California’s adoption of “The Golden State” as our official nickname in 1968 invoked the Gold Rush’s promise of riches and the gleaming achievement of the Golden Gate Bridge. For many, it also referred to the gold standard of best-in-nation schools and highways. California was No. 1 with a bullet, in the jargon of the pop charts of the day.
Fast forward 40 years to 2008, and the luster was gone. How we got there, and here, is recounted in Jason Cohn’s fascinating and insightful documentary, The First Angry Man. The film airs at 8pm tonight on KQED and 3pm Monday, Oct. 19 on KQED Plus.
“We were starting a family in Berkeley around the time when California was in financial free-fall, and the media was talking about California as a failed state,” Cohn recalls. “Meg Whitman was running for governor literally talking about the possibility of filing for bankruptcy. We couldn’t pay our bills, we were furloughing workers, schools had been cut and then cut more. It was clear to me that it wasn’t the kind of problem that could be solved by tightening our belts further.”
The schools were broken and infrastructure was falling apart. There was a ton of debate, with most everyone citing Prop. 13 as a central, unalterable factor.
“I felt like the conversation ended there,” Cohn says. “And everybody knew what they knew about Prop. 13, which was frankly not very much. It was this thing that had happened 30 years ago and it had cut property taxes. Depending on your ideological starting point, it was the reason you or your parents were able to keep their house or the reason California was in such dire financial circumstances.”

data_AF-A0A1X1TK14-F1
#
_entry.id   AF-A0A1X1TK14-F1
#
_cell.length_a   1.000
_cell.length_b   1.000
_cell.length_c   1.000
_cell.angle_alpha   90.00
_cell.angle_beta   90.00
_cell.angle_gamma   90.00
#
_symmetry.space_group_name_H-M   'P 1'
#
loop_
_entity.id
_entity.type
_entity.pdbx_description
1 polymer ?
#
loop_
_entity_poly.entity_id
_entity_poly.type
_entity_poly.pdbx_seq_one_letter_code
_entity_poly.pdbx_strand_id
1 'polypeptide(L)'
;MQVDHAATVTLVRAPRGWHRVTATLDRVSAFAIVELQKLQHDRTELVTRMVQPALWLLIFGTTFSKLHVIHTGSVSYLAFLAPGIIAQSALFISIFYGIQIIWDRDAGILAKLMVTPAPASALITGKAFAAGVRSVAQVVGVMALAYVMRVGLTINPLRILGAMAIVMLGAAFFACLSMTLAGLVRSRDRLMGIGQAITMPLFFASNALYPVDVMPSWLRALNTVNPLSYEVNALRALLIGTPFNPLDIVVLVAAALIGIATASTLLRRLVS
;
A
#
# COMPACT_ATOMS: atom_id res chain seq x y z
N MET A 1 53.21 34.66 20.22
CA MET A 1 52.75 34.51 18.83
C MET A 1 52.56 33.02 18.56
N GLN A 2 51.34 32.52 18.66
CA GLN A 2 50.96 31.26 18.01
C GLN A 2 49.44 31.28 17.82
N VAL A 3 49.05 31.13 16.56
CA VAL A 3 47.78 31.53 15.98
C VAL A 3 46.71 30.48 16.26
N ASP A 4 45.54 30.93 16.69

Curious about the dearth of actual information about Proposition 13 and its architect and champion, Cohn tracked down a copy of I’m Mad as Hell, the ghostwritten, self-mythologizing autobiography of Prop. 13 salesman Howard Jarvis. The proposition itself, approved by voters in 1978, amended the state constitution to cap—and effectively reduce—property taxes.
“I thought I would make a cheap kind of DIY [film], my wife [producer Camille Servan-Schrieber] and I do all of the work, do all the shooting and all the editing, just do it on the cheap, maybe on credit cards, just on the California problem,” Cohn explains. “Then I read how scholars view it, as a watershed moment that divided two completely different eras in terms of how people think about the role of government. It’s much bigger than taxes, it’s much bigger than California.”